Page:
Now, this dream wasn’t specifically fantasitical in any way. Really, it was just a typical schoolday for me… in high school. Still, that’s nothing really new, either. Who hasn’t had dreams about being back in high school and missing graduation, or being naked, or something along those lines? Only I was fully clothed, and to be fair it was really kind of a hybrid between high school and college. (The night before last I dreamed of being in college, too, only there were vampires involved, and something about going to Seattle… Whatever.) Last night’s dream started out with me in the school kitchen for some reason, doing something — maybe volunteer work, I don’t know — between classes. A friend of mine asked me to help her with some homework, which involved reading a Cliffsnotes version of ALL of Shakespeare’s plays. By the time we were halfway though, classes had changed (which really is quite a feat in and of itself; I mean come on, halfway through Shakespeare within an hour?), and we were both late for our next class. I ran out and started searching for my fifth period classroom, which was math, a class that I never got along with. Ever. Even in college. Anyway, this class, and the science one after it, have featured in past dreams of mine as classes I am constantly missing, being late for, and otherwise entirely failing. Often I can’t even find the classroom for the math class, and end up skipping it entirely and running for sixth period science instead. This time, though, I did find it. On my way I also found food: a sack of potatoes, a bunch of onions, some eggs that looked like bluebird eggs / Easter decorations, and something else I can’t remember now. The food was just sitting around for people to take, I guess. Anyway, outside the math classroom there were bunches of the food, which I assumed meant the teacher didn’t want us bringing it inside, so I left mine with the others. Inside, the teacher welcomed me back with open arms as I told him I’d do my best to make up for lost time, and try to pass despite always missing class. It was good times. Afterwards, I grabbed the food up again and headed to science class. When I got there, I found that my food had gone bad, and so I had to make a choice: search for better food or get to class.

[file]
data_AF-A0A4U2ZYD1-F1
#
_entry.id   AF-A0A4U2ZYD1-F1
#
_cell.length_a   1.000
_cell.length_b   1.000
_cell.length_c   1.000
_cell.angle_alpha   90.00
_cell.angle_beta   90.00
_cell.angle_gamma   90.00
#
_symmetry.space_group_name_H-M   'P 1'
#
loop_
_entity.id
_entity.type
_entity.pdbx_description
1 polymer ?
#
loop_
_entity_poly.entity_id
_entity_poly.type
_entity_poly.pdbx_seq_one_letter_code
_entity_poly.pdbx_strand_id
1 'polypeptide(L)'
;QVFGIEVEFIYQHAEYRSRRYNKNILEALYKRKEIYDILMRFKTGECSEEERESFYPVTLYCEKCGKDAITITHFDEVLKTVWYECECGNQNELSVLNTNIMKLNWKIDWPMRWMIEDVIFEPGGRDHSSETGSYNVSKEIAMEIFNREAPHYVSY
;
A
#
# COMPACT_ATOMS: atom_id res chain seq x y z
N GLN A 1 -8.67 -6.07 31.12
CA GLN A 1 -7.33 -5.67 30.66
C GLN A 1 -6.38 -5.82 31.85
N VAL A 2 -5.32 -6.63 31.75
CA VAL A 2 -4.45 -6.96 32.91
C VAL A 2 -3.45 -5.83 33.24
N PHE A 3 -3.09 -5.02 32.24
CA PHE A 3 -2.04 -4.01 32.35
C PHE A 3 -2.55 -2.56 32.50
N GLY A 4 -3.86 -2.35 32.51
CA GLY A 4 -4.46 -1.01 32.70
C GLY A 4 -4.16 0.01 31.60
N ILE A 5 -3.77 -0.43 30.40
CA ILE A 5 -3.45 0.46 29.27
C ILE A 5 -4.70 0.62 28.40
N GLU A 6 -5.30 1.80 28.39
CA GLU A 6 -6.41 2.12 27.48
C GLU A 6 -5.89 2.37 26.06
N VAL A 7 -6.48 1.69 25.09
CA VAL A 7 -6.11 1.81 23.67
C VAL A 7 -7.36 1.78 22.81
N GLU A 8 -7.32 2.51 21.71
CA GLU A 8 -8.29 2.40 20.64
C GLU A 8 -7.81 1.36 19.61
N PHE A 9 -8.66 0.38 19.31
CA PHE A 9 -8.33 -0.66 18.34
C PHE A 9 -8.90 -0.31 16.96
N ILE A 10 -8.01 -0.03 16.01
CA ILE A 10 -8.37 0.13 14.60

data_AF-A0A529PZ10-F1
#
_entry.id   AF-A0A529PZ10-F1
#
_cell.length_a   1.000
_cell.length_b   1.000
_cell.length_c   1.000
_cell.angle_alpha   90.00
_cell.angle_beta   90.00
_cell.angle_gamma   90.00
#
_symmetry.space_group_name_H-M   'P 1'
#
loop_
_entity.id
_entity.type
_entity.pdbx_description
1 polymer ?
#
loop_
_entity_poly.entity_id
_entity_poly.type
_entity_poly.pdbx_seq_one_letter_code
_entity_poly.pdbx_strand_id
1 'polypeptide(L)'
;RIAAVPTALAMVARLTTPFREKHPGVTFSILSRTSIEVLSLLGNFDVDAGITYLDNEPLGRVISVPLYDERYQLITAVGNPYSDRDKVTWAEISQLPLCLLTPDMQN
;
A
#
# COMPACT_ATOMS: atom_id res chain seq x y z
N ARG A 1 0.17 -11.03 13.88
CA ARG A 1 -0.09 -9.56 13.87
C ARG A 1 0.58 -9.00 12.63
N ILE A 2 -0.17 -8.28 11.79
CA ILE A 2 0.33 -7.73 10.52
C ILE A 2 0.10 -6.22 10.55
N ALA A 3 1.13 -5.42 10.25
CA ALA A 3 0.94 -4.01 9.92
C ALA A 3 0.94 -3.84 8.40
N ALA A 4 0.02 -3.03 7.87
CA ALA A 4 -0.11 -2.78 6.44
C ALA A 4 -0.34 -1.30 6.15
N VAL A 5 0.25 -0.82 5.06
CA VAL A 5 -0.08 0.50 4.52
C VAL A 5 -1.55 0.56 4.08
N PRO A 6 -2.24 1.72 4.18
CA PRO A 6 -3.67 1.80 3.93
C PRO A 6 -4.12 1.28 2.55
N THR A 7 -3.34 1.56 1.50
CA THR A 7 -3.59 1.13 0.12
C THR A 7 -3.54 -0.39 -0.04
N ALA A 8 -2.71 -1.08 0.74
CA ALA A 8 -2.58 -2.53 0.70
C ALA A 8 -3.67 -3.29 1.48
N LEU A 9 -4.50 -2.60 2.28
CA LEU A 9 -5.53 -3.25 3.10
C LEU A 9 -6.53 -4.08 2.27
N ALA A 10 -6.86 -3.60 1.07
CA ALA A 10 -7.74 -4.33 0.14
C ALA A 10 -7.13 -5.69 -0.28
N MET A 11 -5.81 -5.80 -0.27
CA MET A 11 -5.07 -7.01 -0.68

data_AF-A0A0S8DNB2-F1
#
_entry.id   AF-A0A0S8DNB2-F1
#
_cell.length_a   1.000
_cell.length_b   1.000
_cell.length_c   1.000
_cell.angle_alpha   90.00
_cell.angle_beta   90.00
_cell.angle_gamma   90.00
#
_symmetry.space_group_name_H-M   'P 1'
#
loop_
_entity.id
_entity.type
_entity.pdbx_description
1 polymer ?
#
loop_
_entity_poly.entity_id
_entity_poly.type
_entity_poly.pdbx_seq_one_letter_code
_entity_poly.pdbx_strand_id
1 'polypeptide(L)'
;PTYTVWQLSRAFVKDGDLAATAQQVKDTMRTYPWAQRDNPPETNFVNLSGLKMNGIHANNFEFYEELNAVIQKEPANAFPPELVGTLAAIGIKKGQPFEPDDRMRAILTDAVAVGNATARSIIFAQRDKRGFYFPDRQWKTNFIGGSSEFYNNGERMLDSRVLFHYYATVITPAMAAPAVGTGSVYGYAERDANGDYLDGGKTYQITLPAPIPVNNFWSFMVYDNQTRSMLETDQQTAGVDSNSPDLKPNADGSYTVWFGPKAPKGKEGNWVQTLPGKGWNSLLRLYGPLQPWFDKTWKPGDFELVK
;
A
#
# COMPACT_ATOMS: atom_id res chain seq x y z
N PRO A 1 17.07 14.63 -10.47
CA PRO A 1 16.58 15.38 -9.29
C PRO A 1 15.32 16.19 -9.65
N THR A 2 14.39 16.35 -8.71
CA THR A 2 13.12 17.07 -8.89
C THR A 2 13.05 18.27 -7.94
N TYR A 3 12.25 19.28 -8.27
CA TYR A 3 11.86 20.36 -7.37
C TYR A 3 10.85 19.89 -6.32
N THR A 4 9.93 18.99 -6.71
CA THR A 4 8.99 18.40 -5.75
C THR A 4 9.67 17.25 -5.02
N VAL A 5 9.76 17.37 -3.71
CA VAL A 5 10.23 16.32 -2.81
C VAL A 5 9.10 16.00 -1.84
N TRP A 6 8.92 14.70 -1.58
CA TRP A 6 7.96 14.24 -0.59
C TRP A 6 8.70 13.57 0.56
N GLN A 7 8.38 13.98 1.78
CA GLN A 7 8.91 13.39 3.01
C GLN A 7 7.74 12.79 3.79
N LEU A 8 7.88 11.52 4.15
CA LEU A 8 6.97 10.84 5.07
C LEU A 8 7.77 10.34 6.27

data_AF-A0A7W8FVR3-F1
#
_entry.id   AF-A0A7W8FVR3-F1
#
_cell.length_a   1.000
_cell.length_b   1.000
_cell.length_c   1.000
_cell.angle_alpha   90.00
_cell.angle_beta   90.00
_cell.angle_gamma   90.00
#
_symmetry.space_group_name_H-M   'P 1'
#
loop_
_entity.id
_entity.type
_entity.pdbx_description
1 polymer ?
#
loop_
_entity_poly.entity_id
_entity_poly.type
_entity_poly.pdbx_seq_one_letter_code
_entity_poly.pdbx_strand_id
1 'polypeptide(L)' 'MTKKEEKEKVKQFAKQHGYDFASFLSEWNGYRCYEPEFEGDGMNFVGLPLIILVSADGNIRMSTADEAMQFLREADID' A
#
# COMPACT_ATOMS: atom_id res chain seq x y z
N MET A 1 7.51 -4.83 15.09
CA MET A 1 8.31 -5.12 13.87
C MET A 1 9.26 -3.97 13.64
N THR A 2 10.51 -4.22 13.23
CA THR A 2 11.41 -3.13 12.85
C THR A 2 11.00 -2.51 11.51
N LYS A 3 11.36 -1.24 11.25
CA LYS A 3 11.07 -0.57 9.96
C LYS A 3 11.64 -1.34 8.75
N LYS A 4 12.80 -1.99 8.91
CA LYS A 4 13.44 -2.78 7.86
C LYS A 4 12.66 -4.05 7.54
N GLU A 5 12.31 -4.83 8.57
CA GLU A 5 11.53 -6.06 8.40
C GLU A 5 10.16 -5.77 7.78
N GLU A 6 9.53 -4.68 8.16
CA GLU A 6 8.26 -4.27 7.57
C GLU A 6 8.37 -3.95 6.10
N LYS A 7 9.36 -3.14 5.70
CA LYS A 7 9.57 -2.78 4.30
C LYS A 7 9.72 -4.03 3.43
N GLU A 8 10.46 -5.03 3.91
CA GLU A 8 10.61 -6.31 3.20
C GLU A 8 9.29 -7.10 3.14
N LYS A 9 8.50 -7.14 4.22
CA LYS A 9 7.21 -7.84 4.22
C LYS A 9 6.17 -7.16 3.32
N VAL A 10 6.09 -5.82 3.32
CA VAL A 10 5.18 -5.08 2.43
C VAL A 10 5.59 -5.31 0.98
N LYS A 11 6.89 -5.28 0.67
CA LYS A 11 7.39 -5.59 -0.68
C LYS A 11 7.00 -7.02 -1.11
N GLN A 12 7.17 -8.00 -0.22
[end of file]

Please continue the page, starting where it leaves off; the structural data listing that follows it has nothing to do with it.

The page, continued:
Yeah… THAT isn’t metaphor or anything.